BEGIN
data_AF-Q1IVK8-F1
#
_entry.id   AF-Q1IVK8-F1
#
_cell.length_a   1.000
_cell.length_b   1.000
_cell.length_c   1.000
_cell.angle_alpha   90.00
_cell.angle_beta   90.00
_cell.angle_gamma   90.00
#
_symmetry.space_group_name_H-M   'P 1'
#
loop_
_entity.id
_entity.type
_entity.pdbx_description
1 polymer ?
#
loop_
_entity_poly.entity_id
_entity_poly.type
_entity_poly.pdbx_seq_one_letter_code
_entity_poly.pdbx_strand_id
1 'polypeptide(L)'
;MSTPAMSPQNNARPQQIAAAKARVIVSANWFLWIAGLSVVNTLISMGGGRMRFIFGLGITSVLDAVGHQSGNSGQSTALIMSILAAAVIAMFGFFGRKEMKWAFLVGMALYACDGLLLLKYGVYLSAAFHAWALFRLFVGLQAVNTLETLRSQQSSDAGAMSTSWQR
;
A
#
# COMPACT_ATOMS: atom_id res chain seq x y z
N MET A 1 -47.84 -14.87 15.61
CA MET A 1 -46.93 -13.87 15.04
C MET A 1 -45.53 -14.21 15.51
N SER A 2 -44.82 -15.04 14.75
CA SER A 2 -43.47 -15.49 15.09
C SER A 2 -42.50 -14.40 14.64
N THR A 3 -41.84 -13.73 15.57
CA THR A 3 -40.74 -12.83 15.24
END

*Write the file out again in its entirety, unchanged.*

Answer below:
data_AF-Q1IVK8-F1
#
_entry.id   AF-Q1IVK8-F1
#
_cell.length_a   1.000
_cell.length_b   1.000
_cell.length_c   1.000
_cell.angle_alpha   90.00
_cell.angle_beta   90.00
_cell.angle_gamma   90.00
#
_symmetry.space_group_name_H-M   'P 1'
#
loop_
_entity.id
_entity.type
_entity.pdbx_description
1 polymer ?
#
loop_
_entity_poly.entity_id
_entity_poly.type
_entity_poly.pdbx_seq_one_letter_code
_entity_poly.pdbx_strand_id
1 'polypeptide(L)'
;MSTPAMSPQNNARPQQIAAAKARVIVSANWFLWIAGLSVVNTLISMGGGRMRFIFGLGITSVLDAVGHQSGNSGQSTALIMSILAAAVIAMFGFFGRKEMKWAFLVGMALYACDGLLLLKYGVYLSAAFHAWALFRLFVGLQAVNTLETLRSQQSSDAGAMSTSWQR
;
A
#
# COMPACT_ATOMS: atom_id res chain seq x y z
N MET A 1 -47.84 -14.87 15.61
CA MET A 1 -46.93 -13.87 15.04
C MET A 1 -45.53 -14.21 15.51
N SER A 2 -44.82 -15.04 14.75
CA SER A 2 -43.47 -15.49 15.09
C SER A 2 -42.50 -14.40 14.64
N THR A 3 -41.84 -13.73 15.57
CA THR A 3 -40.74 -12.83 15.24